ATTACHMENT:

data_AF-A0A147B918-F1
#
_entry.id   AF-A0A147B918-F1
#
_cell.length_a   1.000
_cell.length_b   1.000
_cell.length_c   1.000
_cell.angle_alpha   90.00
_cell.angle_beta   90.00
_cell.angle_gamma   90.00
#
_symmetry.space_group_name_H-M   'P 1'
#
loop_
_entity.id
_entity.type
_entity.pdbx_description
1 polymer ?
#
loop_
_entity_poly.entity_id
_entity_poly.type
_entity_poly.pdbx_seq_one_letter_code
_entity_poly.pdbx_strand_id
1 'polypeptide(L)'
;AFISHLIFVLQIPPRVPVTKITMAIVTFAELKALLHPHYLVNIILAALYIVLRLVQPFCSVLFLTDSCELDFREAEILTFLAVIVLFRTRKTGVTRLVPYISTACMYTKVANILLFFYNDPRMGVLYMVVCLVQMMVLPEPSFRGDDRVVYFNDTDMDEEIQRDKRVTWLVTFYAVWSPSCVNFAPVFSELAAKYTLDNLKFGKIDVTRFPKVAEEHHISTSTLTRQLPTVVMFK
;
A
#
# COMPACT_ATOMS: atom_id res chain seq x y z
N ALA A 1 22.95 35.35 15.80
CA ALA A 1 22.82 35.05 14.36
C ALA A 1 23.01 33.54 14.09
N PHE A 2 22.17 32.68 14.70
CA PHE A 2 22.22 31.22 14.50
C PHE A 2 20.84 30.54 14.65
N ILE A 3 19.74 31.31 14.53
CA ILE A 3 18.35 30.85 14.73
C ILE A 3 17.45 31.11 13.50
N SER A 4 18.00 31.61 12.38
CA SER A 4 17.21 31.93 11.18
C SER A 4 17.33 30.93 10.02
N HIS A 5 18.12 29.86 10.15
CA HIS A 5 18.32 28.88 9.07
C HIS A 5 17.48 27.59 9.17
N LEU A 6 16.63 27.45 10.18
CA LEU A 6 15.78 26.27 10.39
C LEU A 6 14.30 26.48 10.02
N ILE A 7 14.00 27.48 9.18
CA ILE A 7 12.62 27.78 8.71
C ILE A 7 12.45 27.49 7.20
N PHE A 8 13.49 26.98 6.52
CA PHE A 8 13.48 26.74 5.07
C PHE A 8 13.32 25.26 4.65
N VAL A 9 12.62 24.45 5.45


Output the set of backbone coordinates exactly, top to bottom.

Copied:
data_AF-A0A147B918-F1
#
_entry.id   AF-A0A147B918-F1
#
_cell.length_a   1.000
_cell.length_b   1.000
_cell.length_c   1.000
_cell.angle_alpha   90.00
_cell.angle_beta   90.00
_cell.angle_gamma   90.00
#
_symmetry.space_group_name_H-M   'P 1'
#
loop_
_entity.id
_entity.type
_entity.pdbx_description
1 polymer ?
#
loop_
_entity_poly.entity_id
_entity_poly.type
_entity_poly.pdbx_seq_one_letter_code
_entity_poly.pdbx_strand_id
1 'polypeptide(L)'
;AFISHLIFVLQIPPRVPVTKITMAIVTFAELKALLHPHYLVNIILAALYIVLRLVQPFCSVLFLTDSCELDFREAEILTFLAVIVLFRTRKTGVTRLVPYISTACMYTKVANILLFFYNDPRMGVLYMVVCLVQMMVLPEPSFRGDDRVVYFNDTDMDEEIQRDKRVTWLVTFYAVWSPSCVNFAPVFSELAAKYTLDNLKFGKIDVTRFPKVAEEHHISTSTLTRQLPTVVMFK
;
A
#
# COMPACT_ATOMS: atom_id res chain seq x y z
N ALA A 1 22.95 35.35 15.80
CA ALA A 1 22.82 35.05 14.36
C ALA A 1 23.01 33.54 14.09
N PHE A 2 22.17 32.68 14.70
CA PHE A 2 22.22 31.22 14.50
C PHE A 2 20.84 30.54 14.65
N ILE A 3 19.74 31.31 14.53
CA ILE A 3 18.35 30.85 14.73
C ILE A 3 17.45 31.11 13.50
N SER A 4 18.00 31.61 12.38
CA SER A 4 17.21 31.93 11.18
C SER A 4 17.33 30.93 10.02
N HIS A 5 18.12 29.86 10.15
CA HIS A 5 18.32 28.88 9.07
C HIS A 5 17.48 27.59 9.17
N LEU A 6 16.63 27.45 10.18
CA LEU A 6 15.78 26.27 10.39
C LEU A 6 14.30 26.48 10.02
N ILE A 7 14.00 27.48 9.18
CA ILE A 7 12.62 27.78 8.71
C ILE A 7 12.45 27.49 7.20
N PHE A 8 13.49 26.98 6.52
CA PHE A 8 13.48 26.74 5.07
C PHE A 8 13.32 25.26 4.65
N VAL A 9 12.62 24.45 5.45